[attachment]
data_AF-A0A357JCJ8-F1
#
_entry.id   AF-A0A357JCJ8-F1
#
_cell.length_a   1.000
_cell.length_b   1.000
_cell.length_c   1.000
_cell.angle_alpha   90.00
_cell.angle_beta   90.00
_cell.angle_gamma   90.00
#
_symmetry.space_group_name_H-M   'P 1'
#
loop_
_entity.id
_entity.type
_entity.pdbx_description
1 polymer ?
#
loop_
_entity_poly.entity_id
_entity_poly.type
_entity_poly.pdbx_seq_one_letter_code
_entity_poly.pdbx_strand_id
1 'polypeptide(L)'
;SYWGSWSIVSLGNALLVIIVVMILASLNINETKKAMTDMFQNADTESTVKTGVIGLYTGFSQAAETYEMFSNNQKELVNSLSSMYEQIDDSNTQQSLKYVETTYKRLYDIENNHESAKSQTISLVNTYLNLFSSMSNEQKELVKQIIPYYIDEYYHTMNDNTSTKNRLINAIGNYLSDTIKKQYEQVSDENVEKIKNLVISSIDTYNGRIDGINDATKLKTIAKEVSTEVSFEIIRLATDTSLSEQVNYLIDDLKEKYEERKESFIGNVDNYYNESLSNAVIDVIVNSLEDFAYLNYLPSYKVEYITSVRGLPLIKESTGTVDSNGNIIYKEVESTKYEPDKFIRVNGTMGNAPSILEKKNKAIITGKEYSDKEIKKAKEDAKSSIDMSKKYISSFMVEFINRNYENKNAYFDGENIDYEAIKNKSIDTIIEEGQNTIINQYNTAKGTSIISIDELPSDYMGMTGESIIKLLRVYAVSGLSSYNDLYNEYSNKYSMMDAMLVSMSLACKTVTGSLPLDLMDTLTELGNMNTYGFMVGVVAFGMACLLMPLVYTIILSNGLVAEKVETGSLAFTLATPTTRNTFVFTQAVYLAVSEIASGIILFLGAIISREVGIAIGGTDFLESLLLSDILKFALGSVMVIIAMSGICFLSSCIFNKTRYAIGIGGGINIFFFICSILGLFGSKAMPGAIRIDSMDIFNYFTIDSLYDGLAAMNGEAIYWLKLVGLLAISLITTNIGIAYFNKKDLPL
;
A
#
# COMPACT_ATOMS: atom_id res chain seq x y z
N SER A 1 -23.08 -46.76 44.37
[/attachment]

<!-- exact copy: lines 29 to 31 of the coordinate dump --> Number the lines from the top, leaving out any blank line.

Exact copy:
#
# COMPACT_ATOMS: atom_id res chain seq x y z
N SER A 1 -23.08 -46.76 44.37